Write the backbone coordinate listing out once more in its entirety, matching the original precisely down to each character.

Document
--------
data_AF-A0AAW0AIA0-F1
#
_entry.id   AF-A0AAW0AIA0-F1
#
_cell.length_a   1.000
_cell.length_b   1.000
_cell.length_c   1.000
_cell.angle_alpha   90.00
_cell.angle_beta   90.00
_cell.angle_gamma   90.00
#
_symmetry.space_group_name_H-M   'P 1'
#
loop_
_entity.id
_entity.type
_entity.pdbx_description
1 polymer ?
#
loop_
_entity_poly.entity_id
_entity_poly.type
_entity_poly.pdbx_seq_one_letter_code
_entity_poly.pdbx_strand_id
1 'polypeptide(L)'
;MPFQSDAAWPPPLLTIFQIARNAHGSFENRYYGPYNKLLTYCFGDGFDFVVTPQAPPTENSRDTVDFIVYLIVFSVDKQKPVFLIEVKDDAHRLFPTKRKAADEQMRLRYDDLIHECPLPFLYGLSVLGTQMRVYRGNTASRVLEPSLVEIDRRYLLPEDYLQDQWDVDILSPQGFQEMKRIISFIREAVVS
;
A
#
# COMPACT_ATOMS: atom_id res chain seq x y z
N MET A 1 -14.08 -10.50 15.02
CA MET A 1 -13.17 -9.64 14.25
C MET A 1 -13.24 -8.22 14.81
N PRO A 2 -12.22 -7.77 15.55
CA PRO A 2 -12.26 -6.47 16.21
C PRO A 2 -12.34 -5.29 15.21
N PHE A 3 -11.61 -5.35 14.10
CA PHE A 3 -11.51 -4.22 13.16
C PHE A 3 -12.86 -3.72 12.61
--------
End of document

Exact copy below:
data_AF-A0AAW0AIA0-F1
#
_entry.id   AF-A0AAW0AIA0-F1
#
_cell.length_a   1.000
_cell.length_b   1.000
_cell.length_c   1.000
_cell.angle_alpha   90.00
_cell.angle_beta   90.00
_cell.angle_gamma   90.00
#
_symmetry.space_group_name_H-M   'P 1'
#
loop_
_entity.id
_entity.type
_entity.pdbx_description
1 polymer ?
#
loop_
_entity_poly.entity_id
_entity_poly.type
_entity_poly.pdbx_seq_one_letter_code
_entity_poly.pdbx_strand_id
1 'polypeptide(L)'
;MPFQSDAAWPPPLLTIFQIARNAHGSFENRYYGPYNKLLTYCFGDGFDFVVTPQAPPTENSRDTVDFIVYLIVFSVDKQKPVFLIEVKDDAHRLFPTKRKAADEQMRLRYDDLIHECPLPFLYGLSVLGTQMRVYRGNTASRVLEPSLVEIDRRYLLPEDYLQDQWDVDILSPQGFQEMKRIISFIREAVVS
;
A
#
# COMPACT_ATOMS: atom_id res chain seq x y z
N MET A 1 -14.08 -10.50 15.02
CA MET A 1 -13.17 -9.64 14.25
C MET A 1 -13.24 -8.22 14.81
N PRO A 2 -12.22 -7.77 15.55
CA PRO A 2 -12.26 -6.47 16.21
C PRO A 2 -12.34 -5.29 15.21
N PHE A 3 -11.61 -5.35 14.10
CA PHE A 3 -11.51 -4.22 13.16
C PHE A 3 -12.86 -3.72 12.61